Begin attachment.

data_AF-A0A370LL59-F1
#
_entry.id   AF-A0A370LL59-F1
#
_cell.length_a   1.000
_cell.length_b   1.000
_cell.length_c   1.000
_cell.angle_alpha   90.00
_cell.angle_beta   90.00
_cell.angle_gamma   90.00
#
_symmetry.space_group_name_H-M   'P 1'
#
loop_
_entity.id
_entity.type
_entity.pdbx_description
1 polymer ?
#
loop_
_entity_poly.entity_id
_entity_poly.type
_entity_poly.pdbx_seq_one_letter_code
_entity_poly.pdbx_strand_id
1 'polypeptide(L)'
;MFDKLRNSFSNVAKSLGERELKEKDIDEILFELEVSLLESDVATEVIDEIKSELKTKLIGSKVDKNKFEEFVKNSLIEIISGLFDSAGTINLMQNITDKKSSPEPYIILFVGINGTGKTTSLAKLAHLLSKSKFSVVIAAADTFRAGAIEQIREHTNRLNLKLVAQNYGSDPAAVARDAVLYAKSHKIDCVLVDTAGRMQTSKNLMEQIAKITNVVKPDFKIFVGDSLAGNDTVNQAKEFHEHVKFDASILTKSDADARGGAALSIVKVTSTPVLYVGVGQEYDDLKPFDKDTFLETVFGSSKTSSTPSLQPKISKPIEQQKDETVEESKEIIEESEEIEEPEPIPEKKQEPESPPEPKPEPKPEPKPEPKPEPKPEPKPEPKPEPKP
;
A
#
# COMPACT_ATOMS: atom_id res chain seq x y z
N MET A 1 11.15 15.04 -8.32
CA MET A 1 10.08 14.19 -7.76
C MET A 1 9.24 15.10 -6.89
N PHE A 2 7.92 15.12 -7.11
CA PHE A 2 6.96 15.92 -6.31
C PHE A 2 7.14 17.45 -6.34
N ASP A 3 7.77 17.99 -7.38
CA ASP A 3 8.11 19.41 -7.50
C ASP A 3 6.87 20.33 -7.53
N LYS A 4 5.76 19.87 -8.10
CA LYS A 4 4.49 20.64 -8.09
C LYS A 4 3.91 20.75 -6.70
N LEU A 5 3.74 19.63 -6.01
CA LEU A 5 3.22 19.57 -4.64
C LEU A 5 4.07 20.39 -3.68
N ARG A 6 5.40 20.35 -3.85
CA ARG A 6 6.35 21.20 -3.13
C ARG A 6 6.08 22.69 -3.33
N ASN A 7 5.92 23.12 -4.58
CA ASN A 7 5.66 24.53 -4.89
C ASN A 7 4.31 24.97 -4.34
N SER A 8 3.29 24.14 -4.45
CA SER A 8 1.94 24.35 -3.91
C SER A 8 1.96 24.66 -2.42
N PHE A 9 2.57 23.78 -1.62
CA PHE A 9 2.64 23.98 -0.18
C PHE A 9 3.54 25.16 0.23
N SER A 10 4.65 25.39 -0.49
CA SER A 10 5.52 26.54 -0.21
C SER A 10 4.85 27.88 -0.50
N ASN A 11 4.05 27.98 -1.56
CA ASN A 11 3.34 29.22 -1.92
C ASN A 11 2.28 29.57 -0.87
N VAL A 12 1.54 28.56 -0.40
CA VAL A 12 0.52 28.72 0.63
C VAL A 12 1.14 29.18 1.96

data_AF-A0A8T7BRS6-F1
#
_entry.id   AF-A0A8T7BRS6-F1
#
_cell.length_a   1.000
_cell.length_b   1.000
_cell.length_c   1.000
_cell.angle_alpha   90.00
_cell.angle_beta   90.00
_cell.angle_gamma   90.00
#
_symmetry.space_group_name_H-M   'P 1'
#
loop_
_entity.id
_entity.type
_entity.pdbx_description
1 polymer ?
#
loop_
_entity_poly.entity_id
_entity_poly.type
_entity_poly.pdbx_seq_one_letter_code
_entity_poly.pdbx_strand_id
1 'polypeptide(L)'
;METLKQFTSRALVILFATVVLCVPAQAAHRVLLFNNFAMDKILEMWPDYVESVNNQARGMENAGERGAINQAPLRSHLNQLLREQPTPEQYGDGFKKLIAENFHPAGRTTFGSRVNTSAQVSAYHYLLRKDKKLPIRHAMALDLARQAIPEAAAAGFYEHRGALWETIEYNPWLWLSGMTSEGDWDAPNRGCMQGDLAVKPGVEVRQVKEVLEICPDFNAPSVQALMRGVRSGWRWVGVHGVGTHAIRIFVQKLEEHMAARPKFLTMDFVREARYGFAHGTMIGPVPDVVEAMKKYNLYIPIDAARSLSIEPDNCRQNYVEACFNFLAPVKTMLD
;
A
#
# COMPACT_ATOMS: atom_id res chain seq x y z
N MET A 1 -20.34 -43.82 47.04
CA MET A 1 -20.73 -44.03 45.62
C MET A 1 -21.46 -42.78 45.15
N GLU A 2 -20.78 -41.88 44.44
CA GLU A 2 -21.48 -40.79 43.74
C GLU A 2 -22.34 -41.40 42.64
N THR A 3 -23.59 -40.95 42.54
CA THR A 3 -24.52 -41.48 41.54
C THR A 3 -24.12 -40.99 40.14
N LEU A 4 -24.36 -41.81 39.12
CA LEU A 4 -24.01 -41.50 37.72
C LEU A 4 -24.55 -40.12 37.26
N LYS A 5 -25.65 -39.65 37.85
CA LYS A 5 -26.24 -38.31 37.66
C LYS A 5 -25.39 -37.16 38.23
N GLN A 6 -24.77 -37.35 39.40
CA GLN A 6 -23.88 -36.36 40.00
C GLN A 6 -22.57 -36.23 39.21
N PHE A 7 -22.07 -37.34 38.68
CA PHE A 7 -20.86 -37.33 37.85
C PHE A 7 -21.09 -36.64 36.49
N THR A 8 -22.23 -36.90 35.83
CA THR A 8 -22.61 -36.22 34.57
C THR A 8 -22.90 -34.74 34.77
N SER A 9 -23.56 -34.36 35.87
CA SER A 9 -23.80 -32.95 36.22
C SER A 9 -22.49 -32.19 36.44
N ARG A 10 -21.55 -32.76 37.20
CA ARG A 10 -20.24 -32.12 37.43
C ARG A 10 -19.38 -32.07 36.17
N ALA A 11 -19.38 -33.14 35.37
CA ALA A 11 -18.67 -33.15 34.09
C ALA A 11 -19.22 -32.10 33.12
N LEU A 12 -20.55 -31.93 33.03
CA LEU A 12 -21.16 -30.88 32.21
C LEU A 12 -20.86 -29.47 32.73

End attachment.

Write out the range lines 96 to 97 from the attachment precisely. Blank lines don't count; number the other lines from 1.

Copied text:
# COMPACT_ATOMS: atom_id res chain seq x y z
N MET A 1 -20.34 -43.82 47.04